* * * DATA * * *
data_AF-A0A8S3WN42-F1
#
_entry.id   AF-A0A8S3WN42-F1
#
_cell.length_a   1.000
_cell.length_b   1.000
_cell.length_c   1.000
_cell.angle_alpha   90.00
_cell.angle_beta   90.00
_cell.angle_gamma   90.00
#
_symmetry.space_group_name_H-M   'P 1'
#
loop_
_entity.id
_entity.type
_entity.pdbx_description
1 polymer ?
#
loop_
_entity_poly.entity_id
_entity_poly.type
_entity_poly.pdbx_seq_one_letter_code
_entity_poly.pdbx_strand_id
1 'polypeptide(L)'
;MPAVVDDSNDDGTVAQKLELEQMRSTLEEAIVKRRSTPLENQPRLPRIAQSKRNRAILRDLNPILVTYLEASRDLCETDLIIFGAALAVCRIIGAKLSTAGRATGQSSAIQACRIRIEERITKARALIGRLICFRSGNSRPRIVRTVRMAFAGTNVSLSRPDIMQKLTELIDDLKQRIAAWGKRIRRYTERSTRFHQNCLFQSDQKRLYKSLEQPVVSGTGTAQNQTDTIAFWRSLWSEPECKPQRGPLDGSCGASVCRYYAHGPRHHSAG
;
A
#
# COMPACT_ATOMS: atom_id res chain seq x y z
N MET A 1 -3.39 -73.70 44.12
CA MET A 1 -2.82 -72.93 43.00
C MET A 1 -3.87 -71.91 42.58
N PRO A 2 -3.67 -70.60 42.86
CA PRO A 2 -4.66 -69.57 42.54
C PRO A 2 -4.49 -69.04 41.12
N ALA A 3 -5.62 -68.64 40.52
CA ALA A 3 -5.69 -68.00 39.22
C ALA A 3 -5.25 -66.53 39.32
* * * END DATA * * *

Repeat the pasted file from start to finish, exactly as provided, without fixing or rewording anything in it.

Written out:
data_AF-A0A8S3WN42-F1
#
_entry.id   AF-A0A8S3WN42-F1
#
_cell.length_a   1.000
_cell.length_b   1.000
_cell.length_c   1.000
_cell.angle_alpha   90.00
_cell.angle_beta   90.00
_cell.angle_gamma   90.00
#
_symmetry.space_group_name_H-M   'P 1'
#
loop_
_entity.id
_entity.type
_entity.pdbx_description
1 polymer ?
#
loop_
_entity_poly.entity_id
_entity_poly.type
_entity_poly.pdbx_seq_one_letter_code
_entity_poly.pdbx_strand_id
1 'polypeptide(L)'
;MPAVVDDSNDDGTVAQKLELEQMRSTLEEAIVKRRSTPLENQPRLPRIAQSKRNRAILRDLNPILVTYLEASRDLCETDLIIFGAALAVCRIIGAKLSTAGRATGQSSAIQACRIRIEERITKARALIGRLICFRSGNSRPRIVRTVRMAFAGTNVSLSRPDIMQKLTELIDDLKQRIAAWGKRIRRYTERSTRFHQNCLFQSDQKRLYKSLEQPVVSGTGTAQNQTDTIAFWRSLWSEPECKPQRGPLDGSCGASVCRYYAHGPRHHSAG
;
A
#
# COMPACT_ATOMS: atom_id res chain seq x y z
N MET A 1 -3.39 -73.70 44.12
CA MET A 1 -2.82 -72.93 43.00
C MET A 1 -3.87 -71.91 42.58
N PRO A 2 -3.67 -70.60 42.86
CA PRO A 2 -4.66 -69.57 42.54
C PRO A 2 -4.49 -69.04 41.12
N ALA A 3 -5.62 -68.64 40.52
CA ALA A 3 -5.69 -68.00 39.22
C ALA A 3 -5.25 -66.53 39.32